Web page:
After the error was made the person responsible for it was allowed to continue on duty, separating dozens of jets carrying thousands of people, in a decision which betrays either a total lack of safety awareness on the part of management, or desperation arising from a shortage of trained controllers.

The circumstances of this incident became widely known very rapidly within Airservices Australia, and have done nothing to improve morale in an organisation that has performed very well at generating a profit for Treasury as a service provider structured to recover a surplus from air navigation.

But that financial performance is argued within the organisation as having occurred in parallel with adverse training and competency outcomes, and in parallel with the growth of its managerial structure at cost to its operational capabilities.

The amendments to the original incident report are telling.

Not only was a console display error upgraded to ‘loss of separation assurance’ but the information was amended to concede that “in the period of time that the [identity, flight path and altitude] was inhibited, approximately 30 minutes, appropriate assessment of known traffic for potential conflicts with [the Virgin Australia jet] did not occur.”

This confirms the description by forbidden blog reference that this flight was unknown and invisible to the air traffic control system, until as the notification makes clear, the jet made its presence known to the system as it approached its destination.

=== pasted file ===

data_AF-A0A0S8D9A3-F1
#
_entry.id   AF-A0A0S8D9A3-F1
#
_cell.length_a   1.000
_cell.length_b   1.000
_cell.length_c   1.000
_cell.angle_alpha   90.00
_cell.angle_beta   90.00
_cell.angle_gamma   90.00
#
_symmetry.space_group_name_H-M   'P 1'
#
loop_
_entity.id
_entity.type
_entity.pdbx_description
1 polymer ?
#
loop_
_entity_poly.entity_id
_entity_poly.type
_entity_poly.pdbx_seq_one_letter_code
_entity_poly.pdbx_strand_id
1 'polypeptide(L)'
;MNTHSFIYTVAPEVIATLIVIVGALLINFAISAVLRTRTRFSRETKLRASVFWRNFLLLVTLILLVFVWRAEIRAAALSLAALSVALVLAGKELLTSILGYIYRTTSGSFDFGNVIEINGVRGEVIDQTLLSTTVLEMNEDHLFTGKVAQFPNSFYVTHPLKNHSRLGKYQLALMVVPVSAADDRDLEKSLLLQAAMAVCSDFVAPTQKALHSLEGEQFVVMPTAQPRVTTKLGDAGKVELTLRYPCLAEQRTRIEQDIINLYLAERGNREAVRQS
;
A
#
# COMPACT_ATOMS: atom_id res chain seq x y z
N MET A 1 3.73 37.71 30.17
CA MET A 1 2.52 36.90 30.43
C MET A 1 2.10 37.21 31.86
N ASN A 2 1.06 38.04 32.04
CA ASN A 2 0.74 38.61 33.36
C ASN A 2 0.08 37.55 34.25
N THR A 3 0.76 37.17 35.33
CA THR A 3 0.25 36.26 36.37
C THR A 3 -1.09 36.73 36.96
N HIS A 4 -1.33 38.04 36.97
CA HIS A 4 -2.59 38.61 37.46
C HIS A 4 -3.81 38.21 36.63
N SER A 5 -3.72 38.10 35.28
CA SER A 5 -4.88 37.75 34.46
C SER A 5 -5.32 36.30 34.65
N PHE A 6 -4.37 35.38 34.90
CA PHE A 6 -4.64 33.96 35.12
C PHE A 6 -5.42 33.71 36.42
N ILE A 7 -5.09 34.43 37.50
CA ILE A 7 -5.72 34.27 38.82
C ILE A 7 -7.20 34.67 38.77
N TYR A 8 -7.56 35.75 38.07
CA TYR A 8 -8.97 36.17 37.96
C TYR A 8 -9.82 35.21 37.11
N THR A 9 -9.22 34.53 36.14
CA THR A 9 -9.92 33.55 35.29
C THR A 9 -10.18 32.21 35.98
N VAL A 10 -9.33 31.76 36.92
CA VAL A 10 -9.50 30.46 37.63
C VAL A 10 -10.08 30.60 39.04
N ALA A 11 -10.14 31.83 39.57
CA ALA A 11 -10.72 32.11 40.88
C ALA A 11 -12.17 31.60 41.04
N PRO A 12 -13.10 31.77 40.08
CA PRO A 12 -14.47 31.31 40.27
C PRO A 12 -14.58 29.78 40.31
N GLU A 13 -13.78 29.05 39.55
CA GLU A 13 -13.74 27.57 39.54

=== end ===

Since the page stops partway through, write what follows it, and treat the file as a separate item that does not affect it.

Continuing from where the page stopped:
Both the failure of the air traffic control system, and the lies told about it, are exceedingly serious matters. When this reporter contacted the Minister’s office it was apparent that those responsible for assisting him in his duties were totally accepting of and reliant upon false information.

This falsehood threatens the safety of domestic and international air travellers using Australian airspace, and given recent appalling lapses, including also losing an Etihad jet for hours while it flew through airspace that took it deep into outback skies, at a time when other international flights are approaching the eastern capitals, urgent action needs to be taken to restore the integrity and competency of Airservices Australia.

The trail of stories, and the lies from Airservices Australia, can be followed here in this order.


UNQUOTE

Topic: RE: Qantas A330 Incident Over Adelaide
Username: Speedbird128
Posted 2013-09-25 03:28:52 and read 2298 times.

Quoting BenSandilands (Reply 35):